“Dynamic analysis tools have been popular for many years,” he said.”They observe executable code at run-time, and report violationsperformed by the code as it runs. These tools are excellent atdetecting bugs such as dynamic memory corruption and resource leaks.”

But, said Kalinsky, dynamic analysis tools also have down sides:defects are found late in the software development process, since thesetools require an operating executable version of your code. The moresubtle bugs, the ones involving integrated software units, are onlyfound after software integration is complete.

“And the dynamic analysis itself only covers those test cases thatwere actually run,” he said. “So if test cases were run for only 95%line coverage under the watchful eye of a dynamic analysis tool, thenthat tool would likely be failing to identify many, many otherdefects.”

Static analysis tools, on the other hand, are tools that analyzesoftware code bases for bugs and other defects without actually runningthe programs that are built from the software. They're based onalgorithms that go oversource code with the finest of fine-toothed combs searching forsoftware faults.

Faults can be found early in the development process, so as toimprove software quality as well as save developers time. Such toolscan cover the execution paths through a code base in a fully automatedway, and identify complex defects, including bugs involvinginteractions among multiple procedures.

“In the world of embedded software, static analysis tools canidentify randomly appearing bugs such as those caused by theinterleaving of tasks in a preemptive multitasking environment when asoftware developer has neglected to properly protect a criticalsection,” he said.

“Bugs such as those can be identified consistently and repeatably bythe defect searching algorithms of a static analysis tool ” even thoughthe bug will not appear consistently or repeatably at applicationsoftware run-time.”

Debugging Tough Software Bugs using a LogicAnalyzer (ESC-312)
Taught by DavidB. Stewart, PhD ., director of software engineering at InHandElectronics, Inc., Rockville, Maryland, this class is about as hands-onas you can get, focusing on how hardware tools such as logic analyzerscan be powerful aids to software developers.

“There exist many powerful techniques to debug software, includinguse of symbolic debuggers, emulators, and the always popular 'print'statements,” said Stewart. “However, some of the hardest-to-find bugsin an embedded system will never be found using these methods.”

Hard problems to debug include glitches, timing errors, memorycorruption, problems with interrupt handlers, and errors in devicedrivers. Instead, a logic analyzer can be used to test and debug thereal-time execution when all else fails. Logic analyzer methods, hesaid, provide a highly-precise window to monitor the real-timeexecution of code where other debugging techniques fail.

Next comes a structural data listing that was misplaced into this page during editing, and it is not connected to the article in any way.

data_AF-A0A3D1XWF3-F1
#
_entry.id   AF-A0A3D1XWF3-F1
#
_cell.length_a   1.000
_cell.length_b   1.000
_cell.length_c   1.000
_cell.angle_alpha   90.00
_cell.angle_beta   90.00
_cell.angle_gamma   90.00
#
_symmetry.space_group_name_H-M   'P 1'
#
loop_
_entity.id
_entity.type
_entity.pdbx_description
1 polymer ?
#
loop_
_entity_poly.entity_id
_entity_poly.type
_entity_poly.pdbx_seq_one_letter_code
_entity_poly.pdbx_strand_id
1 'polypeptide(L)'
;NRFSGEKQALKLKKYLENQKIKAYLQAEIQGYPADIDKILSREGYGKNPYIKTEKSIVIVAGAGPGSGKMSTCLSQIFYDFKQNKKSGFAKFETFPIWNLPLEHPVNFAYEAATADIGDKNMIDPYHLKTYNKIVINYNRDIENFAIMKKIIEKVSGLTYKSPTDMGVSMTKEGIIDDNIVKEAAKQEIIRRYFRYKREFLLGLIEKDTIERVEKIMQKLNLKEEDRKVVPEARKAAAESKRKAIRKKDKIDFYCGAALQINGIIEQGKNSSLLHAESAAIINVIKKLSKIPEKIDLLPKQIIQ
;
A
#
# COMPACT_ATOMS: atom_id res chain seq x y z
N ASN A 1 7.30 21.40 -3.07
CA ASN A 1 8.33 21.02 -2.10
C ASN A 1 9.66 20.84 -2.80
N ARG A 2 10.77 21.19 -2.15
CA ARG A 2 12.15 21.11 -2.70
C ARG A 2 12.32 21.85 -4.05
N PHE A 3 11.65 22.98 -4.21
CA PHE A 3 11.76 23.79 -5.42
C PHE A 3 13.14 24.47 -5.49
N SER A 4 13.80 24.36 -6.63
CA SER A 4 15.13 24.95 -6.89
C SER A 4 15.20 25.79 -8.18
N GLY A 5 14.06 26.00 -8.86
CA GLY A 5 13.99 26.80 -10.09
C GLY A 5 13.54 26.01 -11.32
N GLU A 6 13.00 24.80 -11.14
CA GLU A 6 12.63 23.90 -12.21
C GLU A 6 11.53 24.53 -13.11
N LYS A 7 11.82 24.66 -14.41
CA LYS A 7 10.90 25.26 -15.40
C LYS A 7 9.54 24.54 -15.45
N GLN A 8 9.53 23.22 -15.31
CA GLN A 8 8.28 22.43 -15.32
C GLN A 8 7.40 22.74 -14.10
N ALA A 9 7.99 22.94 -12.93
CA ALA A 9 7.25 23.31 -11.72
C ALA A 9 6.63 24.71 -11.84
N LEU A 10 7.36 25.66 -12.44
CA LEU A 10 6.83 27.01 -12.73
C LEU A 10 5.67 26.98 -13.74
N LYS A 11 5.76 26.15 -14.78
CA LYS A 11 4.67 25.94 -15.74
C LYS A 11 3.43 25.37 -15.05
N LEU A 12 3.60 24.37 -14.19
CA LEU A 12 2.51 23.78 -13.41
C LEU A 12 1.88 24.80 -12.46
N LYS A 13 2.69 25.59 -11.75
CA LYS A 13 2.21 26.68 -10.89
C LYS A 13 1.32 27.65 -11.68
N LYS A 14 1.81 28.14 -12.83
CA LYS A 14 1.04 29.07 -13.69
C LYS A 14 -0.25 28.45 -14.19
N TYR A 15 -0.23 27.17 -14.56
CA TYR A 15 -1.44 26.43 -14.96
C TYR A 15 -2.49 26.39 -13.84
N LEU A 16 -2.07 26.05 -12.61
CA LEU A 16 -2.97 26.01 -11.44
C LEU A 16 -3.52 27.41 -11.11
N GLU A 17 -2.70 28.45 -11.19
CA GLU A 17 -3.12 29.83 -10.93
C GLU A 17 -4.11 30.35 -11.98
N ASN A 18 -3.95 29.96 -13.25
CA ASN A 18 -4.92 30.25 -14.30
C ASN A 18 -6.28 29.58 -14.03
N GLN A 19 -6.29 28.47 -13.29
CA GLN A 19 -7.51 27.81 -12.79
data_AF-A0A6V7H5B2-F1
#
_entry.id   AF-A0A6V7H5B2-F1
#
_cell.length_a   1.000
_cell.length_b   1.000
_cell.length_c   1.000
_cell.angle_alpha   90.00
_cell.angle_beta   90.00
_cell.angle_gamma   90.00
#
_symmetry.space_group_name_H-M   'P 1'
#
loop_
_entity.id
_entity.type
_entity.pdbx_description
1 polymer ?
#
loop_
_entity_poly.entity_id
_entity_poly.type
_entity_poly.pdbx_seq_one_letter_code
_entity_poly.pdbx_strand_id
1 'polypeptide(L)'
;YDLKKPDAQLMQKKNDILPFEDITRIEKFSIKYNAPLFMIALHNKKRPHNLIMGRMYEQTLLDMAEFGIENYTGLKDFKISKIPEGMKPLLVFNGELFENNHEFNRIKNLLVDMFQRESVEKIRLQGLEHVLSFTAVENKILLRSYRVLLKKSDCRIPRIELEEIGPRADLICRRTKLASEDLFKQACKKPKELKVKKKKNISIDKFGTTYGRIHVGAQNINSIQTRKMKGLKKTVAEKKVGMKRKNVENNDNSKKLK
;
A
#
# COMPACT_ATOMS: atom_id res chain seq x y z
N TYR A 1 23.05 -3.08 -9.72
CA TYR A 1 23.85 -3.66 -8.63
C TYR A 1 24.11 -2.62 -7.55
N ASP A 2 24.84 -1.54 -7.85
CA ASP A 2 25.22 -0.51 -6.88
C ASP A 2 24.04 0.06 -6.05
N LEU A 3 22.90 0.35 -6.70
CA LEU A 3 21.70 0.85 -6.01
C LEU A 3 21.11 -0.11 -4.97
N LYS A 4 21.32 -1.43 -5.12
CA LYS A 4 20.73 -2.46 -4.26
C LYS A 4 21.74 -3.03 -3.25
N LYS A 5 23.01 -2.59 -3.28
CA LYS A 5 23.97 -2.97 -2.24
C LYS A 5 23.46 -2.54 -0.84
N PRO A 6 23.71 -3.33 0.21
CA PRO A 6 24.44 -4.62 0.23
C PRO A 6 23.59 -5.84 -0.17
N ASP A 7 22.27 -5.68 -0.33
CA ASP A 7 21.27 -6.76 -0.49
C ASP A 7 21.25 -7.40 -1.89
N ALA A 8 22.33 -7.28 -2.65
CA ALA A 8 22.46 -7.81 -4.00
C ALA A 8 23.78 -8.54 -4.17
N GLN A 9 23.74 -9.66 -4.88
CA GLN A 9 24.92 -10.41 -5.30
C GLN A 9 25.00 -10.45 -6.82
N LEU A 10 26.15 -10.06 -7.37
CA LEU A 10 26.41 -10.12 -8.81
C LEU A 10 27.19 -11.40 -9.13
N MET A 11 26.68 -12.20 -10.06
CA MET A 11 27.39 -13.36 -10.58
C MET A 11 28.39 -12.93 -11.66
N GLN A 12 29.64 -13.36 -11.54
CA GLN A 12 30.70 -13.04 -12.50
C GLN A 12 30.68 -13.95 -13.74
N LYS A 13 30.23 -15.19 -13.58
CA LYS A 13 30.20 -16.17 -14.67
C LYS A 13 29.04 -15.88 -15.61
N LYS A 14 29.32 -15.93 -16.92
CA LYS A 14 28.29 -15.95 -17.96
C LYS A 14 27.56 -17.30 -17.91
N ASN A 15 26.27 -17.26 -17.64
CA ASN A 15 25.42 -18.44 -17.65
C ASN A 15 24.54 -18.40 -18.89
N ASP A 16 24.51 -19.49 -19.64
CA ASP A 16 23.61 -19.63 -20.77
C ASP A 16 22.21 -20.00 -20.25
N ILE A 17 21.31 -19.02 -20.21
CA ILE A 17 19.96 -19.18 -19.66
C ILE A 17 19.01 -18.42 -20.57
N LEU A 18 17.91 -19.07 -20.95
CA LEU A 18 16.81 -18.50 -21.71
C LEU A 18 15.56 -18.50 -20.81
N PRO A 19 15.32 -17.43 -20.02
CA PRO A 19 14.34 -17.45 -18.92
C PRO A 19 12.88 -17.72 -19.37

The drawback to this approach, Stewart admits, is that it requiresspecialized hardware and more effort than more traditional debuggingtechniques such as using a symbolic debugger or lots of printstatements.

“Consequently, use of a logic analyzer should supplement existingdebug methods, not replace them,” he said. “If anytime print statementsor a symbolic debugger are adequate to resolve a problem efficiently,then use them. However, the moment they are unable to providesufficient information to quickly pinpoint the root of a problem, thenconsider the methods presented in this class.”

The course looks to be a complete and intensively hands-onintroduction to the use of logic analyzers in this supplemental way.Stewart provides side by side comparisons between the way a logicanalyzer would be used, versus, say, print statement debugging, andprovides hints on how a software developer should interpret the data.

While the data collected using a logic analyzer may appear morecryptic and require some effort to make use of it, he said the mainbenefit is that real-time debugging information can be gathered with aresolution finer than a microsecond.

“In comparison, a print statement can easily take 2 or 3milliseconds if connected through a high-speed link, or tens ofmilliseconds if through a slow serial connection,” he said.

Other software development classes and presentations worth checkingout at the ESC Spring include: (1) ObjectOriented Design for Embedded Software Engineers (ESC-209); (2) WhenC++ Hits the Hardware (ESC-408);(3) Test-DrivenDevelopment (ESC-413); (4) C++under the hood (ESC-448); (5) Object-orienteddesign for embedded software engineers (ESC-209); (6) Agileembedded software development (ESC-349); (7) Comingto terms with C++ templates (ESC-428); (8) Writingreliable C/C++ code(ESC-268); and(9) Designingembedded systems that use shared modules (ESC-433).